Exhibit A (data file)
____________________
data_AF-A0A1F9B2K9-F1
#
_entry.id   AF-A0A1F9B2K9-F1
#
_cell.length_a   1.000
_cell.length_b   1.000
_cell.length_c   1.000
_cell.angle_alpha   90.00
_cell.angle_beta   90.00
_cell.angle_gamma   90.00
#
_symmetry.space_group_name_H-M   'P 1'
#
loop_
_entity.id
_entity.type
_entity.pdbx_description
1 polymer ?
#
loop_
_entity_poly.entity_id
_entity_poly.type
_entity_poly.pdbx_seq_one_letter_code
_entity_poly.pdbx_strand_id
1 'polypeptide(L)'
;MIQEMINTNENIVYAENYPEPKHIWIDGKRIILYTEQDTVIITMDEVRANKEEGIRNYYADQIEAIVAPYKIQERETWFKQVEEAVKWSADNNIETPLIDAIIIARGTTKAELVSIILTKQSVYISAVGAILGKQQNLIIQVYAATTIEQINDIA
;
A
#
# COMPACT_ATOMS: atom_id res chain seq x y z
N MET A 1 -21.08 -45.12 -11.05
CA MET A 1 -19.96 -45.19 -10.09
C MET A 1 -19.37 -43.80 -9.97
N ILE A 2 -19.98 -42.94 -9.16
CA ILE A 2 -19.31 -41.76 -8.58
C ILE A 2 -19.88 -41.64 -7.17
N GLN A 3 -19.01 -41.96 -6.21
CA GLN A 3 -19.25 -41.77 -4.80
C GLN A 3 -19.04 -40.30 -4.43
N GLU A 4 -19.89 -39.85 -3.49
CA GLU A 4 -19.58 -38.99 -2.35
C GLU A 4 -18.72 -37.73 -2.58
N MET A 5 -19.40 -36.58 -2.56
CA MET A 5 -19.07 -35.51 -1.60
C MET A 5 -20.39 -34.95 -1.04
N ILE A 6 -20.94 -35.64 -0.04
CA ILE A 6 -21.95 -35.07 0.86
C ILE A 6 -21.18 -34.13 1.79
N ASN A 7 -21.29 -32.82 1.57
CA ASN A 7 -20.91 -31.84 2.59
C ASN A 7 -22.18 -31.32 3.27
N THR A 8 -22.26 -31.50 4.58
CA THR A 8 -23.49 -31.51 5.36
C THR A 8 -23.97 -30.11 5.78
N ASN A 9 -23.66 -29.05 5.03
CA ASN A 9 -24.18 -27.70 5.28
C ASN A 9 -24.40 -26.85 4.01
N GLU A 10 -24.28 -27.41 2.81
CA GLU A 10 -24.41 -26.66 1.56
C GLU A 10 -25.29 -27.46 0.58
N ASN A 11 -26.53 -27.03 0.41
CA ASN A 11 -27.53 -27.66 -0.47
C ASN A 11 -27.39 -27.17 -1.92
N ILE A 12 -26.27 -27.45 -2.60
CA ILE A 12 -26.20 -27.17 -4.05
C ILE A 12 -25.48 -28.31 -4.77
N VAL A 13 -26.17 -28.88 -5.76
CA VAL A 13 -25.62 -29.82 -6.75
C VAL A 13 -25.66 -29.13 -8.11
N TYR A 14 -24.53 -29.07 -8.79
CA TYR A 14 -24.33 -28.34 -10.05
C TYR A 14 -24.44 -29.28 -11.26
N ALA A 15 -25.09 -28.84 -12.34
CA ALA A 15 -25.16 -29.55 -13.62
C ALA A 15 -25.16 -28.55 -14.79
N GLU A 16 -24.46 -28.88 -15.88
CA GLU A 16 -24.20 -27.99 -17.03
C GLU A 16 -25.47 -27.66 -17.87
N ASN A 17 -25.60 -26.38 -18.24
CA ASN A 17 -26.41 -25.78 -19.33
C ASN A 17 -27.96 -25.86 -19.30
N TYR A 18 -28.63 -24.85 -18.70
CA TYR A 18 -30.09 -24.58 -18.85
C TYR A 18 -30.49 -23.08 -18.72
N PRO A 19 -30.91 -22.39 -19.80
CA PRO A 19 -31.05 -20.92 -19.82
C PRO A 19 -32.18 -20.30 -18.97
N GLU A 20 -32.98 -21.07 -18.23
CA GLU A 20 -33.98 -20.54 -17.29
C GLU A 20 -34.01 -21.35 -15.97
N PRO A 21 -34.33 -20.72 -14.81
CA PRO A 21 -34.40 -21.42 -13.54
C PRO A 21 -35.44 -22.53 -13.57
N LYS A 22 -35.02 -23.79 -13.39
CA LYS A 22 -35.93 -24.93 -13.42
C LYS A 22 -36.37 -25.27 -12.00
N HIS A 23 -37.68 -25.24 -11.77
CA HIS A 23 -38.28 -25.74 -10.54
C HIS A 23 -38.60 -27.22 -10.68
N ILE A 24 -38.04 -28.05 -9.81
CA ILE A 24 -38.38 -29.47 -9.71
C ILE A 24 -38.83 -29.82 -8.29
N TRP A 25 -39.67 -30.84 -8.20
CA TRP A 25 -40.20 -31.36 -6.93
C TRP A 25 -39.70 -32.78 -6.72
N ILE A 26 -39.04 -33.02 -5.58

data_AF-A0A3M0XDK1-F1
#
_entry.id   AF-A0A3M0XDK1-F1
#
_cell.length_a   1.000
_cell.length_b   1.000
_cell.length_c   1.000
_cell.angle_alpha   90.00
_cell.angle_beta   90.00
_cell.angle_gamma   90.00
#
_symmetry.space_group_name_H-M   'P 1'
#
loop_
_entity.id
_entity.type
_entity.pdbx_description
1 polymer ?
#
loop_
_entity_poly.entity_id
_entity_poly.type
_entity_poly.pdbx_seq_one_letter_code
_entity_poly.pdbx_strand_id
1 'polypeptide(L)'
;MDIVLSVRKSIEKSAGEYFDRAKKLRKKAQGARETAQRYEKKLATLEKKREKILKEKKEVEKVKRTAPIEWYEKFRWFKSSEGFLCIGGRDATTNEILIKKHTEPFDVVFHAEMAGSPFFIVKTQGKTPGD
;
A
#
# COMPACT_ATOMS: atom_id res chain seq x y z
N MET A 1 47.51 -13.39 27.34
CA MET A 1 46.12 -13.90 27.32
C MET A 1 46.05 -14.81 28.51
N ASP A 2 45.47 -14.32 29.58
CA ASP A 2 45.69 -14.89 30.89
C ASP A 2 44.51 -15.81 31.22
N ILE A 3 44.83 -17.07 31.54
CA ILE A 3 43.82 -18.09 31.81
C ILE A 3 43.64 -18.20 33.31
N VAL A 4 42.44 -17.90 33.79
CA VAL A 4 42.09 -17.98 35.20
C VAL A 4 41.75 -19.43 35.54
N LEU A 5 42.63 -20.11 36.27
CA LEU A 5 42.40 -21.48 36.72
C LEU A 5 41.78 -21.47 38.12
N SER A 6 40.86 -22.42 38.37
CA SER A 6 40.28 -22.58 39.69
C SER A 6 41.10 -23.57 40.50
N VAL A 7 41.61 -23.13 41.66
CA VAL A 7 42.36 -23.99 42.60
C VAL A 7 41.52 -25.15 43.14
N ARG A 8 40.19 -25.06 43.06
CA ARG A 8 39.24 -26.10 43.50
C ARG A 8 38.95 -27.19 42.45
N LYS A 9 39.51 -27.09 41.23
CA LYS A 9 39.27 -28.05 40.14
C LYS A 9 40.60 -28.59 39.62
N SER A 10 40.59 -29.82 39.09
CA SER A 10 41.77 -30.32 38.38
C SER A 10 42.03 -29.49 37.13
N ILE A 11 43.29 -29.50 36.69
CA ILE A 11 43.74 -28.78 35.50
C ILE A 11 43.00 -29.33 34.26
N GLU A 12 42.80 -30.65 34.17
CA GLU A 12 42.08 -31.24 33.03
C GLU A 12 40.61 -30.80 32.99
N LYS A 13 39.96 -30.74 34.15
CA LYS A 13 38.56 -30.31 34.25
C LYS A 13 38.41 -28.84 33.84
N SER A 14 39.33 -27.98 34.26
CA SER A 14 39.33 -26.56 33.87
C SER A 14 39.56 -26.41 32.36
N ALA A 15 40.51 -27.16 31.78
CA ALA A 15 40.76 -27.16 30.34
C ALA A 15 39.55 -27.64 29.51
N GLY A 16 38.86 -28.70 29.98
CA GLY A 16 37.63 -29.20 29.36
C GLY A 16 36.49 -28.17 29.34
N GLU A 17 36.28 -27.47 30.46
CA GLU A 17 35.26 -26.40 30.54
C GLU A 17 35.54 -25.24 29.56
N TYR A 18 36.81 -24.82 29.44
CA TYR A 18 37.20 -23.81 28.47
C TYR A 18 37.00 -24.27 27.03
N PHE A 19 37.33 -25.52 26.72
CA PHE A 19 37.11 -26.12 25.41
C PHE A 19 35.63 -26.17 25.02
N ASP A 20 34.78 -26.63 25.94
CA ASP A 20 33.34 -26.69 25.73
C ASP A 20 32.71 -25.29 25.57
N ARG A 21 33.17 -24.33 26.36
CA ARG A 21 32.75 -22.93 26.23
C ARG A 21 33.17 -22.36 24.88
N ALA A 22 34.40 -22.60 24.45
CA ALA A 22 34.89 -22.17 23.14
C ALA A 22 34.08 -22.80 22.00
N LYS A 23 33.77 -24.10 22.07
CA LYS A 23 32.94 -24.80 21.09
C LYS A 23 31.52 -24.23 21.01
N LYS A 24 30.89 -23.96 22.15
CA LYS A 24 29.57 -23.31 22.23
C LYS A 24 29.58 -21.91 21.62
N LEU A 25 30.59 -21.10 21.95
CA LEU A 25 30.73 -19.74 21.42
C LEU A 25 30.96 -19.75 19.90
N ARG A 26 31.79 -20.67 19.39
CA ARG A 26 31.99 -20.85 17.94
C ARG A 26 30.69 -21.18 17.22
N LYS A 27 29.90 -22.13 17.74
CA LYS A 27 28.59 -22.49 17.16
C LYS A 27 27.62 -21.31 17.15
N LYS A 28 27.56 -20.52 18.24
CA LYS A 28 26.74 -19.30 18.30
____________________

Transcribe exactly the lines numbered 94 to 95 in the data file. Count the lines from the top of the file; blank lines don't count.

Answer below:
N LYS A 22 -35.02 -23.79 -13.39
CA LYS A 22 -35.93 -24.93 -13.42